Personally, I am more than little amused by all the exaltations about airline pilots needing full stall recovery training. Ones pleading for it might be correct but let it remain type specific, please. I have just passed 4000 hours mark on aeroplanes that would simply kill me if I ever stall them. Don't see anyone being too excited about it, though.

Originally Posted by NARVAL
forget it, nobody knew anything about it
Is it OK if they just knew the FCOM chapter where they could read about it?

Originally Posted by NARVAL
experts are now considering a pitch-up into the deep stall never encountered in flight testing
Why? Wasn't pitch up flight controls and thrust induced?

Originally Posted by NARVAL
I think that we should keep in mind the very scant knowledge and training of the pilots at the time in the aerodynamics, stall recovery techniques, stall recognition…It was NEVER thought at the time that those planes could fly beyond the « approach to stall ». It was never thought either that the plane could « fly » with 40 degrees AOA and only 8 or 10 degrees of nose up.

So, of course the crew might have done better, but they certainly were not seriously prepared for what happened. May they rest in peace.
Totally agree. Not necessarily for the same reasons.

Last edited by Clandestino; 15th Nov 2011 at 19:20.
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Old 15th Nov 2011, 19:13
  #285 (permalink)  
 
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Clandestino wrote:
There was procedure for approach to stall. None was followed.
What, to gun it and pull up? Ha!
No, not at high altitude, there wasn't. Stall training, as I read it, was only for low-altitude problems such as wind-shear. This was one of the shockers to come out of the reports, so far. Somebody please set me straight if I have misunderstood.

Personally, I am more than little amused by all the exaltations about airline pilots needing full stall recovery training. Ones pleading for it might be correct but let it remain type specific, please.
Yikes! OK, type-specific: I will never, ever, fly in a 'Bus again until I am sure that everybody holding my life in their hands is properly trained for such rare and unusual attitudes. Passengers do not expect to gamble on such things. In fact, I'm sure there are 228 souls who would emphatically disagree.
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Old 15th Nov 2011, 19:19
  #286 (permalink)  
 
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Originally Posted by DozyWannabe View Post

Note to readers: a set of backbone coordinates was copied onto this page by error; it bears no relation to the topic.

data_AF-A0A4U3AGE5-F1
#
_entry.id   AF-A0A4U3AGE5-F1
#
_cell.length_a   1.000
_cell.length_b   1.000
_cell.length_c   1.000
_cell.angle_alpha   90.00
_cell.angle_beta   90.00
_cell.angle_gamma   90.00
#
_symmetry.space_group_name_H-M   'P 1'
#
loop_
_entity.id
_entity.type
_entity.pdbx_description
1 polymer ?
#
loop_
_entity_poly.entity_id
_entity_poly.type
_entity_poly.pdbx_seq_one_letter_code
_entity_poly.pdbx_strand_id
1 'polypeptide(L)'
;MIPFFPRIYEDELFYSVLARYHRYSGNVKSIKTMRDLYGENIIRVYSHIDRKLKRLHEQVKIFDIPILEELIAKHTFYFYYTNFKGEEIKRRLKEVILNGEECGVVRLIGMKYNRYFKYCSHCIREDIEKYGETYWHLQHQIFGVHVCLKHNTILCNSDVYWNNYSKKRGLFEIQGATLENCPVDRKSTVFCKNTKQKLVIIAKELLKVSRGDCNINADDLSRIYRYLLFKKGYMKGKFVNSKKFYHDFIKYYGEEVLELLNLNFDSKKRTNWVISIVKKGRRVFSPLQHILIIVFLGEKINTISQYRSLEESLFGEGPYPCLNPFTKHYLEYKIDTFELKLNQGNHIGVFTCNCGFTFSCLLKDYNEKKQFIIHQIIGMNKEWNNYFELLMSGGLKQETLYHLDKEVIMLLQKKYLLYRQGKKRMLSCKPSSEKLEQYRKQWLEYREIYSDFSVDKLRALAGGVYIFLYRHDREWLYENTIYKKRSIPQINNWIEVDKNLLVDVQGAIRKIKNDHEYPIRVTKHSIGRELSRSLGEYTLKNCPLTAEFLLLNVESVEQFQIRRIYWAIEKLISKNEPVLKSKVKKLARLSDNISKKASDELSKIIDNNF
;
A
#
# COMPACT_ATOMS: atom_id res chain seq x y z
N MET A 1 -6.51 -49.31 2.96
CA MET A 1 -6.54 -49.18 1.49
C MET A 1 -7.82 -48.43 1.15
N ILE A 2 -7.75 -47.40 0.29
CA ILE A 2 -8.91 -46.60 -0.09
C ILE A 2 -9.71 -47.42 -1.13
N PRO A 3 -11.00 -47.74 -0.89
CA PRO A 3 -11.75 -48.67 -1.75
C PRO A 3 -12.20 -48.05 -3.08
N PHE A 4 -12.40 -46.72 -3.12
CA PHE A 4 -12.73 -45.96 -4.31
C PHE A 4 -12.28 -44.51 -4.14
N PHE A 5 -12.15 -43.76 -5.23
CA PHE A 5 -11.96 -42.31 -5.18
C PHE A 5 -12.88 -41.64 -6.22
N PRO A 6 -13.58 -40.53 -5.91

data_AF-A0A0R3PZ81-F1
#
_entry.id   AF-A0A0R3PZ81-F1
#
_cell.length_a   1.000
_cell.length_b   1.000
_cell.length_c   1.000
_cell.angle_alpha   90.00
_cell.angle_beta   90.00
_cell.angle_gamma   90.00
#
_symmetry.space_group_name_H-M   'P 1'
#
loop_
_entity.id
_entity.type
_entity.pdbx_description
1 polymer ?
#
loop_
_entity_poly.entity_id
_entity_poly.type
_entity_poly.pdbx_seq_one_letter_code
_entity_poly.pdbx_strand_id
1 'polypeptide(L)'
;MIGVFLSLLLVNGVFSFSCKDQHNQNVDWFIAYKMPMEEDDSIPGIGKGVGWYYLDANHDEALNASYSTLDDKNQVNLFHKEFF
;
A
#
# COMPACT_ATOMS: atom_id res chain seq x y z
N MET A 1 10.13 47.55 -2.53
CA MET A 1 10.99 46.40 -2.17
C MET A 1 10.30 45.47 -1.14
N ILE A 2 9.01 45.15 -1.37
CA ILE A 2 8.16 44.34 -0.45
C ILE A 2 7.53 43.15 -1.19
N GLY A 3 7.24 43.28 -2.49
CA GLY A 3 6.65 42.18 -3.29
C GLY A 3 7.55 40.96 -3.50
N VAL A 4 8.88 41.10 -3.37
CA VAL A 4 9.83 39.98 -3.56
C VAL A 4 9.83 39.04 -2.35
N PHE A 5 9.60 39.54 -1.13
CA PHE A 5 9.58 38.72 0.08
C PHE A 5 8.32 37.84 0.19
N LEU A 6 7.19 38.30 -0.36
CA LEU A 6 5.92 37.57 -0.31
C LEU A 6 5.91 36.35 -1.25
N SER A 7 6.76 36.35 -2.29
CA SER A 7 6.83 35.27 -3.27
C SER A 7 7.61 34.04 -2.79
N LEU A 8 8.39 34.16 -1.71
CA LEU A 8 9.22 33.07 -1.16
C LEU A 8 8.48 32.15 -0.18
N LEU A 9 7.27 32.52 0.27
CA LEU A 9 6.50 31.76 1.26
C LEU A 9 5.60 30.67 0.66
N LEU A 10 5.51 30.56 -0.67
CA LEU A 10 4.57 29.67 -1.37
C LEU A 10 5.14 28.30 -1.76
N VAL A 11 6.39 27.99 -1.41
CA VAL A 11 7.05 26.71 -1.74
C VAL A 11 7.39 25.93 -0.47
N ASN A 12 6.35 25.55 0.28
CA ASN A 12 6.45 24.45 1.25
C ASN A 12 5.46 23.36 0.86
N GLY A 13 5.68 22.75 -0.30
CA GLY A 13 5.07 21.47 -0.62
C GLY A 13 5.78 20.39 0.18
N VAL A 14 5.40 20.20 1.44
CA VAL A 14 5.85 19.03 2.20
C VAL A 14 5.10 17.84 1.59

The problem (as you state below regarding another point, and as I think I said in my original reply) is with false positives.
Well, what would be a pilot's choice. I ask the question:
Pilots, do you prefer:
a] an aircraft that may (auto)trim nose up when it's (near) stalled
b] an aircraft that may not (auto)trim nose up when such trim is good, because the said aircraft suffers a "failure" with AoA measurement?
My (unqualified) answer is that 'a' seems more dangerous than 'b'. Then I choose 'b'.

Originally Posted by DozyWannabe View Post
About complexity: Yes, such a feature would add one more logical test.
See airtren's post - it's a lot more involved than that, going right back to the specification and trying to define potential knock-on effects of the change.
Dozy, I'm not trying to describe what it takes to implement a feature, I'm limiting myself on the "logical sheme", as I think this is all what is of interest to airmen (I can be wrong, there, and stand to be corrected).
So basically, I was agreeing to what you said: yes, one more "test" to do before allowing the autotrim to do its job is adding complexity to the system.
Having by no mean done any of a serious study (from a manufacturer perspective) on such an implementation, I won't comment on the "how much more complexity".

Originally Posted by DozyWannabe View Post
The protections are a separate subsystem entirely from the annunciation/warning subsystem. There is no overarching logic connecting them, which makes implementing such a change considerably harder.
Huh? What's the point? Are you saying that:
- inhibiting NU autotrim when a protection is ON
is far more simple than
- inhibiting NU autotrim when a warning is ON
??